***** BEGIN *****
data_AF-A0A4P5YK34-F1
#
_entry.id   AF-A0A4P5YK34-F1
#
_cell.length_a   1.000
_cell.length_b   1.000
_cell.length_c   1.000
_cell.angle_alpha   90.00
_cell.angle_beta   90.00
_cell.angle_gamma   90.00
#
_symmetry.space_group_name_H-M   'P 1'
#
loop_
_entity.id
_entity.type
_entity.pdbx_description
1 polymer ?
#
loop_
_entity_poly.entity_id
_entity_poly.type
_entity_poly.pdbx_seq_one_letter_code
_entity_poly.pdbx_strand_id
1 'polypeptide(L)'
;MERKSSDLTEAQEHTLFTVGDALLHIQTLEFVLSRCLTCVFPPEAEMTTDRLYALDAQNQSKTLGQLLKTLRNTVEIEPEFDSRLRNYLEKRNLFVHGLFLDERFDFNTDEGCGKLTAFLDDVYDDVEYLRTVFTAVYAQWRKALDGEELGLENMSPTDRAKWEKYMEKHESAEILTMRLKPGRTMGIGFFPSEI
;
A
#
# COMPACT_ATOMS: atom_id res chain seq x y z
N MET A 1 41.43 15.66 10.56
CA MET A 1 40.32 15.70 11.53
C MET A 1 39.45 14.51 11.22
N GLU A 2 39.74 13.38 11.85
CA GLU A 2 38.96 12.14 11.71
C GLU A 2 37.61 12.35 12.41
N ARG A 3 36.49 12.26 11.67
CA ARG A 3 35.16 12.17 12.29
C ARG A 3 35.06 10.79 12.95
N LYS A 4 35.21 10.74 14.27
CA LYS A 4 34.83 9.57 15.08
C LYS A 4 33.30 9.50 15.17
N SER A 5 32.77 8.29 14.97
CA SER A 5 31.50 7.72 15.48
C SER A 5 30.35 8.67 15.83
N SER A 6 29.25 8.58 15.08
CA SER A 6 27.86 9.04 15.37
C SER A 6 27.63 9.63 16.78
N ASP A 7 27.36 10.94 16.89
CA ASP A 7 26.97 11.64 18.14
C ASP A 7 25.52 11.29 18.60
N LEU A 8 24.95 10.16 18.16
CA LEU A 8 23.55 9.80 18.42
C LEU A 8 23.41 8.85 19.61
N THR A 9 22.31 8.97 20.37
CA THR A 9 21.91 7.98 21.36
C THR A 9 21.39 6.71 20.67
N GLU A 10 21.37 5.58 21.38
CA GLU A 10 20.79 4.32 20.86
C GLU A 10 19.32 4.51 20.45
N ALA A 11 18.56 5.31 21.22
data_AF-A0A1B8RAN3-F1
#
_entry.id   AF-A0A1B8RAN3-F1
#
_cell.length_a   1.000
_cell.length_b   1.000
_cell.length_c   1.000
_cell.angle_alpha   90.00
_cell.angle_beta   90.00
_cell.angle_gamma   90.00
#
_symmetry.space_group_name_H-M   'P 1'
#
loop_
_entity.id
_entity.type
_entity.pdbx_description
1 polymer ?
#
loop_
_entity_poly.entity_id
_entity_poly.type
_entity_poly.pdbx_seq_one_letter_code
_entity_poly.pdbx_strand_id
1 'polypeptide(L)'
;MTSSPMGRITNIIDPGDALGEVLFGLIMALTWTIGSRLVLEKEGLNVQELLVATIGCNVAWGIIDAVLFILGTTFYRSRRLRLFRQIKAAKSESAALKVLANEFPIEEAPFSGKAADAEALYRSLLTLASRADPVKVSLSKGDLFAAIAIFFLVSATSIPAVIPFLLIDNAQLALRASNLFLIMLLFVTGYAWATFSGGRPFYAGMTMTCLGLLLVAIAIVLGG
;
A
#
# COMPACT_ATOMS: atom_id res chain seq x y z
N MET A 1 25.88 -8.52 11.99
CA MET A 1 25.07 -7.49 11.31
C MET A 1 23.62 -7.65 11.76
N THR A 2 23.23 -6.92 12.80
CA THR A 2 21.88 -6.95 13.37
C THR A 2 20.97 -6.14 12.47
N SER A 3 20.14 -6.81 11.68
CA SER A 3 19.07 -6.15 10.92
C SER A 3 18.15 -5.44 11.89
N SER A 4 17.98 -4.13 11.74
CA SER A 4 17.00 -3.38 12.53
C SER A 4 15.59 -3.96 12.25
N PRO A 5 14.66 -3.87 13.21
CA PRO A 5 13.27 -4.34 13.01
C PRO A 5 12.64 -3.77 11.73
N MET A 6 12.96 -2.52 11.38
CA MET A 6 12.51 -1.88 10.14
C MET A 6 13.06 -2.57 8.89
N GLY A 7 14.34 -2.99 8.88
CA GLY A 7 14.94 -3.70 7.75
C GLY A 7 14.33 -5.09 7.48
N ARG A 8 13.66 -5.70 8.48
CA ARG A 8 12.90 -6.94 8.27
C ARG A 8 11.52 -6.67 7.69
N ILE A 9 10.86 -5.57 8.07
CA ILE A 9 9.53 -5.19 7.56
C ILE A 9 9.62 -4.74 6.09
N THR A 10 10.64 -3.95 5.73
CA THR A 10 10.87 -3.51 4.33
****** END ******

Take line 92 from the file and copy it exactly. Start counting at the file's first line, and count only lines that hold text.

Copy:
N MET A 1 25.88 -8.52 11.99